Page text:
Lakeland woman fined by city for ‘obscene sign’ awarded more than $30K in First Amendment lawsuit

Photo courtesy of Daniel A. Horwitz of Horwitz Law, PLLC

MEMPHIS, Tenn. — A Lakeland woman has been awarded more than $30,000 in damages after filing a lawsuit alleging her First Amendment rights were violated by the city when she was repeatedly fined for placing a political sign in her yard.

Horwitz Law, the law firm representing Julie Pereira, said the city of Lakeland began issuing fines to her in January 2024 for a sign that read, “(expletive) ‘Em Both 2024,” referring to the presidential election.

The city argued that the sign violated the Lakeland Municipal Code, which prohibits signs containing “statements of an obscene, indecent or immoral nature which would offend public morals or decency” as well as signs containing statements of an obscene nature.

Pereira was asked to remove the sign or “cover the word so that it is not visible from the road and neighboring properties.” She eventually edited her sign, according to court documents.

Julie Pereira removed the sign after threats of daily fines and contempt of court. (Photo from Pereira v. City of Lakeland lawsuit)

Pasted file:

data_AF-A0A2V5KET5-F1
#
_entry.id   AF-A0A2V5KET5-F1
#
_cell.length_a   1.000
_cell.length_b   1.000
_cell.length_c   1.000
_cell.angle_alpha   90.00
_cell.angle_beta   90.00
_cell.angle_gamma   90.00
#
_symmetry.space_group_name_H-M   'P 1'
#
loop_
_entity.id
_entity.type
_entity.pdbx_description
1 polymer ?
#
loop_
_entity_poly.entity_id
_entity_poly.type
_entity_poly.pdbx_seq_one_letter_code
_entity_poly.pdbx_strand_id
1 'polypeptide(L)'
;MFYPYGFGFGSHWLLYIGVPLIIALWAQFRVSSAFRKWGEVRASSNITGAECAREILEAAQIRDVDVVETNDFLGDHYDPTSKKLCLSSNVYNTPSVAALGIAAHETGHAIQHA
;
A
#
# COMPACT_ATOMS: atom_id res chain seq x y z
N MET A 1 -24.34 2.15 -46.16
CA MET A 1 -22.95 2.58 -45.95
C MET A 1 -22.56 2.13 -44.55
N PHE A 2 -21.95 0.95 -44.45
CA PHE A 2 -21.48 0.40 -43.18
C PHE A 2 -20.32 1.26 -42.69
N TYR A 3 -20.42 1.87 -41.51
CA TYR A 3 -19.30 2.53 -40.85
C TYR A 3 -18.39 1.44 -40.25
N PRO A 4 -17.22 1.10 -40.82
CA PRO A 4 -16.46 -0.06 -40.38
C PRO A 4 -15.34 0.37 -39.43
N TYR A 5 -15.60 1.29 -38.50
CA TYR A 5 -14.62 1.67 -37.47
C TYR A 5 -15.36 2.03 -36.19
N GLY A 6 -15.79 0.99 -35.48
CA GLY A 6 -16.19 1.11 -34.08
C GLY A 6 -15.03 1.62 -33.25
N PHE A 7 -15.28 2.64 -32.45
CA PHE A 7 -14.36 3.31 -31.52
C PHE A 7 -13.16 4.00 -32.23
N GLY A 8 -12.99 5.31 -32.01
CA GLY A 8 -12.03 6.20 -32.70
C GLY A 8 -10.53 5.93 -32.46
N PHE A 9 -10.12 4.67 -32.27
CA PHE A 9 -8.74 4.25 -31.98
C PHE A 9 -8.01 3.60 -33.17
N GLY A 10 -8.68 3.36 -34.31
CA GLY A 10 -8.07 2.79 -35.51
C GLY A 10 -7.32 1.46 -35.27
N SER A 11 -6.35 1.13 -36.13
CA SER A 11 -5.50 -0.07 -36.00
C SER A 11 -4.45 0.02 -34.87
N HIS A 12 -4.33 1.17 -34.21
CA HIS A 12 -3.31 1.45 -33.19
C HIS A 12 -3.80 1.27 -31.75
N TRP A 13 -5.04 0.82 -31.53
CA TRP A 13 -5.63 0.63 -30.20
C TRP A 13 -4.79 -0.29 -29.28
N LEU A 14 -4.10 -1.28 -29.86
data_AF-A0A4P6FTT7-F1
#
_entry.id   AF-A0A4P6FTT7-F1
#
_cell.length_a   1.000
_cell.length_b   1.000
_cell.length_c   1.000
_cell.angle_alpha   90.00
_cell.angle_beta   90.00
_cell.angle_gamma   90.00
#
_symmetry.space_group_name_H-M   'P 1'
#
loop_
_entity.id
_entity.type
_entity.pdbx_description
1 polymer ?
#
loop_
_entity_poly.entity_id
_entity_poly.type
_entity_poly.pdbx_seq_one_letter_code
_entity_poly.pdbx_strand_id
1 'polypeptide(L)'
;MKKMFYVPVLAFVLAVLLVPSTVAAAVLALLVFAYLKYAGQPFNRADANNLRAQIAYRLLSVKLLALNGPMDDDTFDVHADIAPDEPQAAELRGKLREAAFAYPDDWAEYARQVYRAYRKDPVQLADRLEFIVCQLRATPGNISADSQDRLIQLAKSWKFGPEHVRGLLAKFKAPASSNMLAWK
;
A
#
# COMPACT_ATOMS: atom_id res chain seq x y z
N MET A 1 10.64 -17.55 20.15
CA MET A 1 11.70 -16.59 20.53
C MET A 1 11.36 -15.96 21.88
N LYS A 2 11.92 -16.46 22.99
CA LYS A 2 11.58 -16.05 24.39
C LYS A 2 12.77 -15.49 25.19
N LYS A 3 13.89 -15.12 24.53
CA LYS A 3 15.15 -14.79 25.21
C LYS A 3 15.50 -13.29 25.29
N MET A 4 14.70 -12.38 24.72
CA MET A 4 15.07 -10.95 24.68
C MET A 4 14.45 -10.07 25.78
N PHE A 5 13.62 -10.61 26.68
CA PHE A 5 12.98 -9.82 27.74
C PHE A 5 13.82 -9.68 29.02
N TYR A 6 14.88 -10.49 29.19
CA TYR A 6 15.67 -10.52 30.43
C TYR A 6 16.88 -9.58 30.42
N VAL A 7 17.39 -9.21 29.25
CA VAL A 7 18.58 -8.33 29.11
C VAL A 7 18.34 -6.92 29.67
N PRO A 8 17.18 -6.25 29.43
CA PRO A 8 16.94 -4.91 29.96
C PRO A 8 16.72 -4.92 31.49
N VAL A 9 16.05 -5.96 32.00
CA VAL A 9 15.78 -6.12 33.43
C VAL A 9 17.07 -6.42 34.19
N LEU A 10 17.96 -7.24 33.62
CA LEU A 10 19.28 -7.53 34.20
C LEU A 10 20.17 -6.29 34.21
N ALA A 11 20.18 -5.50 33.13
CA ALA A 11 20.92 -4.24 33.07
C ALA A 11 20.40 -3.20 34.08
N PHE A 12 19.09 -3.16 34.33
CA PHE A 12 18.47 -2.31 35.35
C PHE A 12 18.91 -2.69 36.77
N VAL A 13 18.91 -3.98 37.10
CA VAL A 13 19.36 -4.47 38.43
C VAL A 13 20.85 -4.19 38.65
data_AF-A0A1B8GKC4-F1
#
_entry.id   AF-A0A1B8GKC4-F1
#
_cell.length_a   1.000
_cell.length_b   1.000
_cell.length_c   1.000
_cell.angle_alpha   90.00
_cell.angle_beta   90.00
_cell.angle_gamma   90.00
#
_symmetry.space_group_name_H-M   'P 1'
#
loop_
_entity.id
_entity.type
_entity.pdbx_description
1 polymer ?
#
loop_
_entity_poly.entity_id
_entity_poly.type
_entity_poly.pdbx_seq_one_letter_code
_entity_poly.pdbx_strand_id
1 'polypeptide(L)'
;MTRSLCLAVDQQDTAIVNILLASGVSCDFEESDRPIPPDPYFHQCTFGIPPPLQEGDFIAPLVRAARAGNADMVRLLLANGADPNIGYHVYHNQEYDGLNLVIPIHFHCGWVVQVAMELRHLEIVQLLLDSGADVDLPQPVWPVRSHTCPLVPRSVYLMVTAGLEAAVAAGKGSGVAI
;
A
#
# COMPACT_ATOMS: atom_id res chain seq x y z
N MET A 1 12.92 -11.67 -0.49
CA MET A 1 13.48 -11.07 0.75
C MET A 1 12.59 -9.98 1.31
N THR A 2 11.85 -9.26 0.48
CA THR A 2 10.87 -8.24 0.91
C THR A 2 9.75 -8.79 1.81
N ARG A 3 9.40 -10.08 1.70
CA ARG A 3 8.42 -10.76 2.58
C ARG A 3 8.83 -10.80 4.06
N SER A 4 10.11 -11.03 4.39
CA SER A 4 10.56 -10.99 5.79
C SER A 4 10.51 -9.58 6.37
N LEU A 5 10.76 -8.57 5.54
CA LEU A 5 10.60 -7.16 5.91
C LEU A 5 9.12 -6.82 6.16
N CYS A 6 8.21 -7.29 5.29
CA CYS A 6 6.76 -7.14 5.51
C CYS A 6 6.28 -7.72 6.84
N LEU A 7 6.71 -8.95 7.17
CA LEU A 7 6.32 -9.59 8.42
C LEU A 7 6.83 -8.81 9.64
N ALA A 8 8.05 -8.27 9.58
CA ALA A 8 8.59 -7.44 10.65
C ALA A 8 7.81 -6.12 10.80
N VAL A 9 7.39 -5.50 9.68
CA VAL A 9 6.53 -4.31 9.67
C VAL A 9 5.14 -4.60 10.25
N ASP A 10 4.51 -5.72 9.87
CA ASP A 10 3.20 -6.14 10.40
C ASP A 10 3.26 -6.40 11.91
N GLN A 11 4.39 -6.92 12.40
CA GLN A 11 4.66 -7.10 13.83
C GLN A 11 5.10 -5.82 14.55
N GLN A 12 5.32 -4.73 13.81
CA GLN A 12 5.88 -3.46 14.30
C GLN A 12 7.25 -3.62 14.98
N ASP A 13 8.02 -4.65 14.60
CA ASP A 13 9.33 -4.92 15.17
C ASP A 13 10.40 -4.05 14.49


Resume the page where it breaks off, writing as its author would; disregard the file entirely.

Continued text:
Pereira soon removed the editorial page and was subsequently fined by the city, the lawsuit said. She has paid a total of $688.45 in fines since January.

In response to the fines, Pereira filed a lawsuit against the city, claiming her First Amendment rights had been violated.

Federal District Court Judge Mark Norris ruled Tuesday that the enforcement actions against Pereira were unconstitutional and the city could not take any further action against her for displaying the uncensored sign.

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Under the Horwitz Law ruling, Pereira will receive more than $32,000 in damages for fines and legal fees.

“The ability to tell politicians to (expletive) out themselves is a sacred American right,” said Daniel A. Horwitz, Pereira’s lead attorney. “We are proud to have protected Ms. Pereira’s right to express her political views and to have achieved a successful outcome in this important First Amendment case.”